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Decommissioning takes a lot of time and money. For example the Trojan plant in Rainier, Ore., was built in 1972 and was shut down in 1993, yet it took until 2006 to complete its decommissioning, and the radioactive wastes it has generated while in operation are still stored at the site.
As of 2000, the total investment to build the over 500 nuclear power plants was about $2.5 trillion ($0.65 trillion in the United States). As to the positive impact of nuclear plants on carbon emission, a study by Princeton scientists determined that if the global carbon emission was to be cut by only 15% by 2050 through the increased use of nuclear power, 1,070 plants would need to be built, and this would cost $5 trillion. (To appreciate the size of this cost: The global GWP is around $45 trillion; the American GDP is about $15 trillion; the U.S. debt is around $35 trillion; total federal debt about $12 trillion; the foreign holdings of treasury securities is about $4 trillion; and the present federal budget is about $3 trillion.)
The processes used in the nuclear power industry start with mining. The safety record of mining, enrichment and fuel fabrication is fairly good.
While nuclear fuel preparation is relatively safe, it is not accident-free. For example, in May 2008, the world’s largest uranium producer’s (Cameco) Port Hope plant in Ottawa was shut down because of concerns about radioactive leakage into Lake Ontario.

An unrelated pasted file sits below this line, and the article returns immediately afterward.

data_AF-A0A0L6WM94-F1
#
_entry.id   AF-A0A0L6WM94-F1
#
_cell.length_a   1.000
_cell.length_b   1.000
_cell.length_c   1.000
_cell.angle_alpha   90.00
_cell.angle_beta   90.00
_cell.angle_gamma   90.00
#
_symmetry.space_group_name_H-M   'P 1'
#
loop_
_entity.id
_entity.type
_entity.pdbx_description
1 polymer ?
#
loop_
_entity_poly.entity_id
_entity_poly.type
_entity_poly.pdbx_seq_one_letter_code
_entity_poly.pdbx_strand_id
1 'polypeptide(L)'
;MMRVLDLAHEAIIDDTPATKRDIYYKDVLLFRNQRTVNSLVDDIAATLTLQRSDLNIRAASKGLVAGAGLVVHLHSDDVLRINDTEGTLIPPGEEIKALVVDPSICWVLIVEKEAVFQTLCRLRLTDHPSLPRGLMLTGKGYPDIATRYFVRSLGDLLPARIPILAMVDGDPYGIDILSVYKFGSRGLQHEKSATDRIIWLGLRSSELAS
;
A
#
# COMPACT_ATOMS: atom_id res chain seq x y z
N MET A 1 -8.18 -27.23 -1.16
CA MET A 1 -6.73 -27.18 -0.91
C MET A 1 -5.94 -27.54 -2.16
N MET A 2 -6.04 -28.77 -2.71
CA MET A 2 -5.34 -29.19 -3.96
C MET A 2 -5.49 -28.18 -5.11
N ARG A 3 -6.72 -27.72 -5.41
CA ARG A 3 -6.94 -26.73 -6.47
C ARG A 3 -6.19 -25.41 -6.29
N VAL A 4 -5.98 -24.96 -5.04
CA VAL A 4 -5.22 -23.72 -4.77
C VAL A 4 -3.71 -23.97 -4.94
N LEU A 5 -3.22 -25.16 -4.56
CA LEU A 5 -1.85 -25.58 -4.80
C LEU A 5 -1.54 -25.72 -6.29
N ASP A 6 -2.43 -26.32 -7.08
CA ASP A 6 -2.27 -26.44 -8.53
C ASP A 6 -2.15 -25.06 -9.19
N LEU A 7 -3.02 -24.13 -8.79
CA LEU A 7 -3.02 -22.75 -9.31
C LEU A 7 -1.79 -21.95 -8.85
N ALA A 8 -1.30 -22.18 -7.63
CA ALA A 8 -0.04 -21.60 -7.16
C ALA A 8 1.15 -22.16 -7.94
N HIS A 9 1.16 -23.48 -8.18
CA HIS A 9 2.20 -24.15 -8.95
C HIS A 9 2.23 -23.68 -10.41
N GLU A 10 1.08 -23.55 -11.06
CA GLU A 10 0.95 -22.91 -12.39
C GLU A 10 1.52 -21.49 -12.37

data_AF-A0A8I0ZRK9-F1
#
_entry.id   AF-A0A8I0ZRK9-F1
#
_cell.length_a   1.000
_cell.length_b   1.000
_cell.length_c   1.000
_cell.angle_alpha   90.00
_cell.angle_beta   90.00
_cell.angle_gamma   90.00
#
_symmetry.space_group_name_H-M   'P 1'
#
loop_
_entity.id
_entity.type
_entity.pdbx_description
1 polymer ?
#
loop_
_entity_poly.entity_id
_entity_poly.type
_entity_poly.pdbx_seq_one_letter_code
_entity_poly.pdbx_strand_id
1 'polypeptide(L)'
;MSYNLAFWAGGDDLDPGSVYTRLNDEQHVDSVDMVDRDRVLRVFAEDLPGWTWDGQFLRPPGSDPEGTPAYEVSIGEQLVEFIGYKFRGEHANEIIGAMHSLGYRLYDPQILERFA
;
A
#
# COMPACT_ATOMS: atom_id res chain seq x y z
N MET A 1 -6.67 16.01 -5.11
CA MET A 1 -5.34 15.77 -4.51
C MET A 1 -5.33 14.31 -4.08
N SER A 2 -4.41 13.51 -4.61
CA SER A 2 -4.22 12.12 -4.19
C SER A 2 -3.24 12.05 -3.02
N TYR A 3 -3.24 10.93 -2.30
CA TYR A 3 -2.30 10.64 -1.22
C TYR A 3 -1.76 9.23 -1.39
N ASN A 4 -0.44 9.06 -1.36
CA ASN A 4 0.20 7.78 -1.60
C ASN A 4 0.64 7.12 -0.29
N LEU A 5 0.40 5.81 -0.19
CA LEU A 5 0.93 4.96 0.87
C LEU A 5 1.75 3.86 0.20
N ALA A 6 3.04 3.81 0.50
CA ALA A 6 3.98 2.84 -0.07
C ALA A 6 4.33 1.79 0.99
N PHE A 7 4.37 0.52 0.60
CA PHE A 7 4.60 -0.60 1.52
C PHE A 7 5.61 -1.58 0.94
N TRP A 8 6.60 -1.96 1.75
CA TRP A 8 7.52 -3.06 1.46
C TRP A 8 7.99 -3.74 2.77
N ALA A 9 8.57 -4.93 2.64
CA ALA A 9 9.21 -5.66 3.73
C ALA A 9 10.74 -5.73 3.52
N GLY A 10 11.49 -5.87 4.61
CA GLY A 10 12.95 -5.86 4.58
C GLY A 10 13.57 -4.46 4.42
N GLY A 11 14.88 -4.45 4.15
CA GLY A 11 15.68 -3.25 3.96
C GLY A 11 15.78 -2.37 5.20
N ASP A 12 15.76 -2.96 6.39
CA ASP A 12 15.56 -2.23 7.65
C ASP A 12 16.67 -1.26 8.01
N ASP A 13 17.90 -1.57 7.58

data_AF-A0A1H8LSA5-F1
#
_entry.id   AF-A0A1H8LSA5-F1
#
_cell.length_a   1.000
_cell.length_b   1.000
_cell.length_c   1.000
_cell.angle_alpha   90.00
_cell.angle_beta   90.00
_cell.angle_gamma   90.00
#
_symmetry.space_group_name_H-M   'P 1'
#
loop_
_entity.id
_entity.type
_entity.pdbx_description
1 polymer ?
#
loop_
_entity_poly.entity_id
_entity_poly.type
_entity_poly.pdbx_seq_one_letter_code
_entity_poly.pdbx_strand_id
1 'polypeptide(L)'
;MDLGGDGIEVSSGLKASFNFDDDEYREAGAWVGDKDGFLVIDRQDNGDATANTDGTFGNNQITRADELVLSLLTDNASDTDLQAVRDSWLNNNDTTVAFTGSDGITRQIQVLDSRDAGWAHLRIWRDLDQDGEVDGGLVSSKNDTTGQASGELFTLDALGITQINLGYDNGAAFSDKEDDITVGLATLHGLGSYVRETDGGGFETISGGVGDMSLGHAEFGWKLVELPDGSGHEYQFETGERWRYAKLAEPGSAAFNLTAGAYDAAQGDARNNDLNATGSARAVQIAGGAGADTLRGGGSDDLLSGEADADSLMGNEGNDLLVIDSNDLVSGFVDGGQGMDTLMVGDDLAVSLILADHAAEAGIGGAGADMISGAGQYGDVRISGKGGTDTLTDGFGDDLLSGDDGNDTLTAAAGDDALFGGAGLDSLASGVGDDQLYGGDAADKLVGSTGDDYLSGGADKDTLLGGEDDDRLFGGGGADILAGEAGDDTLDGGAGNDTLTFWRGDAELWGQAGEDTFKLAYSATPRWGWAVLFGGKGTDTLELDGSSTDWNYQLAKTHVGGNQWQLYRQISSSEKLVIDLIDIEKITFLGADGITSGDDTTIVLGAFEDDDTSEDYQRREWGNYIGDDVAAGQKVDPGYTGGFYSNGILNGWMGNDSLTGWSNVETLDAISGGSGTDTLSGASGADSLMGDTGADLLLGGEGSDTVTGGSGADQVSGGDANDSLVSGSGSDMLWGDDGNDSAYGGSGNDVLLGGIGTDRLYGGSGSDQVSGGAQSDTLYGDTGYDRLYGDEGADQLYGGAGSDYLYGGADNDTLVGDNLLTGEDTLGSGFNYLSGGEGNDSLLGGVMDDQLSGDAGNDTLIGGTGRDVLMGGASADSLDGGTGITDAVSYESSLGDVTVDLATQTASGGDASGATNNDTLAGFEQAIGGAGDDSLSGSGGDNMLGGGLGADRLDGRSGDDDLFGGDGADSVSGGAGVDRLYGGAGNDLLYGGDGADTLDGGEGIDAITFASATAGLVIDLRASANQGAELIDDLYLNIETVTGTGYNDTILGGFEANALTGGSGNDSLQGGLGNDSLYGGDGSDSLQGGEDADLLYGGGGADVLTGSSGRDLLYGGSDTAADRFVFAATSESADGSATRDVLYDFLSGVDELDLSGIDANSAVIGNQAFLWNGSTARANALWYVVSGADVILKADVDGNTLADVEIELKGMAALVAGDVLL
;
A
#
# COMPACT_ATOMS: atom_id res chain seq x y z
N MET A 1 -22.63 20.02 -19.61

Most nuclear accidents (over 100) occurred in the nuclear reactors themselves. The majority of these accidents were caused by design or operator errors involving either the fuel rod or the coolant controls. Radiation leaks can also occur because of earthquakes, ageing, poor waste storage practices or terrorist attacks. The most important safety goal is to maintain the proper operation of the reactor cooling systems. Therefore, redundancy and backup of controls and equipment is more important than in other industrial operations, because here the run-away conditions evolve quickly, while plant shutdown is slow and complicated. (An example of such events occurred in August 2007, when the cooling tower of the Vermont Yankee plant collapsed).
Another potential cause of accidents is ageing and the trend to replace or duplicate the hardwired analog controls with digital systems. Safety can also be reduced when data highways are installed on top of or in parallel with the original analog controls. The evolution of these ”hybrid” control systems in many plants resulted in several layers of poorly documented and poorly understood controls.
Despite a thriving global computer security industry, the Internet remains insecure. Because even the most heavily garrisoned military networks have proved vulnerably, permitting ANY form of Internet-based communication between the Operations and Enterprise levels of a nuclear power plant is an unacceptable risk.
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